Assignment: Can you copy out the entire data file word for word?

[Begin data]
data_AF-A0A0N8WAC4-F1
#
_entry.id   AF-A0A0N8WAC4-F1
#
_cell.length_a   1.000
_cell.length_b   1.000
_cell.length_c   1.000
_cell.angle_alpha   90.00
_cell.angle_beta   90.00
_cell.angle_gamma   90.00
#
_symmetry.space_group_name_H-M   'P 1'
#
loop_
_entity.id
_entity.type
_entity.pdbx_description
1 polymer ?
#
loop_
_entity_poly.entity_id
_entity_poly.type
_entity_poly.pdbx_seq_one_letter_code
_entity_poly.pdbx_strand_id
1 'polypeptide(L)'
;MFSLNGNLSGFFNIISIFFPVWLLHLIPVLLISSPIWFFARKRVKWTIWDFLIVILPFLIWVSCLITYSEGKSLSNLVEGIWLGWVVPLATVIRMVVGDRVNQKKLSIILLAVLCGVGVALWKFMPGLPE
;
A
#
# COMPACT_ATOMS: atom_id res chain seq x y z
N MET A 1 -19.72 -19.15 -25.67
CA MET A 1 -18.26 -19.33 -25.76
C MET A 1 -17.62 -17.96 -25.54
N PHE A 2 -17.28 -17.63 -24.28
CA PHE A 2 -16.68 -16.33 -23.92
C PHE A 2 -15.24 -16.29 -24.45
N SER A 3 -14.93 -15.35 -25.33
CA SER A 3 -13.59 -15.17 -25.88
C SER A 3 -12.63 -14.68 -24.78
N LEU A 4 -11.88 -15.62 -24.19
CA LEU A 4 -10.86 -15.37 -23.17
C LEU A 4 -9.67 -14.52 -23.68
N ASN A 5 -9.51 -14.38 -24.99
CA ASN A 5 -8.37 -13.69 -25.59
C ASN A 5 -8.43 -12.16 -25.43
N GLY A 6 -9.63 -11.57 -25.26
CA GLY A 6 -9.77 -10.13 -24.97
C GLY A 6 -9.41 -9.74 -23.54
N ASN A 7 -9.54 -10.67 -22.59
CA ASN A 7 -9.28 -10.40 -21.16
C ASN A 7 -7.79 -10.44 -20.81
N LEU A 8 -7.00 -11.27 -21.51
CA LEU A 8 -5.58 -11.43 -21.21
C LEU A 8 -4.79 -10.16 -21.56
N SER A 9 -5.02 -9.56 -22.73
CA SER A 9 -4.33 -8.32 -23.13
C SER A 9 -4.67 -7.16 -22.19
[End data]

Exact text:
data_AF-A0A0N8WAC4-F1
#
_entry.id   AF-A0A0N8WAC4-F1
#
_cell.length_a   1.000
_cell.length_b   1.000
_cell.length_c   1.000
_cell.angle_alpha   90.00
_cell.angle_beta   90.00
_cell.angle_gamma   90.00
#
_symmetry.space_group_name_H-M   'P 1'
#
loop_
_entity.id
_entity.type
_entity.pdbx_description
1 polymer ?
#
loop_
_entity_poly.entity_id
_entity_poly.type
_entity_poly.pdbx_seq_one_letter_code
_entity_poly.pdbx_strand_id
1 'polypeptide(L)'
;MFSLNGNLSGFFNIISIFFPVWLLHLIPVLLISSPIWFFARKRVKWTIWDFLIVILPFLIWVSCLITYSEGKSLSNLVEGIWLGWVVPLATVIRMVVGDRVNQKKLSIILLAVLCGVGVALWKFMPGLPE
;
A
#
# COMPACT_ATOMS: atom_id res chain seq x y z
N MET A 1 -19.72 -19.15 -25.67
CA MET A 1 -18.26 -19.33 -25.76
C MET A 1 -17.62 -17.96 -25.54
N PHE A 2 -17.28 -17.63 -24.28
CA PHE A 2 -16.68 -16.33 -23.92
C PHE A 2 -15.24 -16.29 -24.45
N SER A 3 -14.93 -15.35 -25.33
CA SER A 3 -13.59 -15.17 -25.88
C SER A 3 -12.63 -14.68 -24.78
N LEU A 4 -11.88 -15.62 -24.19
CA LEU A 4 -10.86 -15.37 -23.17
C LEU A 4 -9.67 -14.52 -23.68
N ASN A 5 -9.51 -14.38 -24.99
CA ASN A 5 -8.37 -13.69 -25.59
C ASN A 5 -8.43 -12.16 -25.43
N GLY A 6 -9.63 -11.57 -25.26
CA GLY A 6 -9.77 -10.13 -24.97
C GLY A 6 -9.41 -9.74 -23.54
N ASN A 7 -9.54 -10.67 -22.59
CA ASN A 7 -9.28 -10.40 -21.16
C ASN A 7 -7.79 -10.44 -20.81
N LEU A 8 -7.00 -11.27 -21.51
CA LEU A 8 -5.58 -11.43 -21.21
C LEU A 8 -4.79 -10.16 -21.56
N SER A 9 -5.02 -9.56 -22.73
CA SER A 9 -4.33 -8.32 -23.13
C SER A 9 -4.67 -7.16 -22.19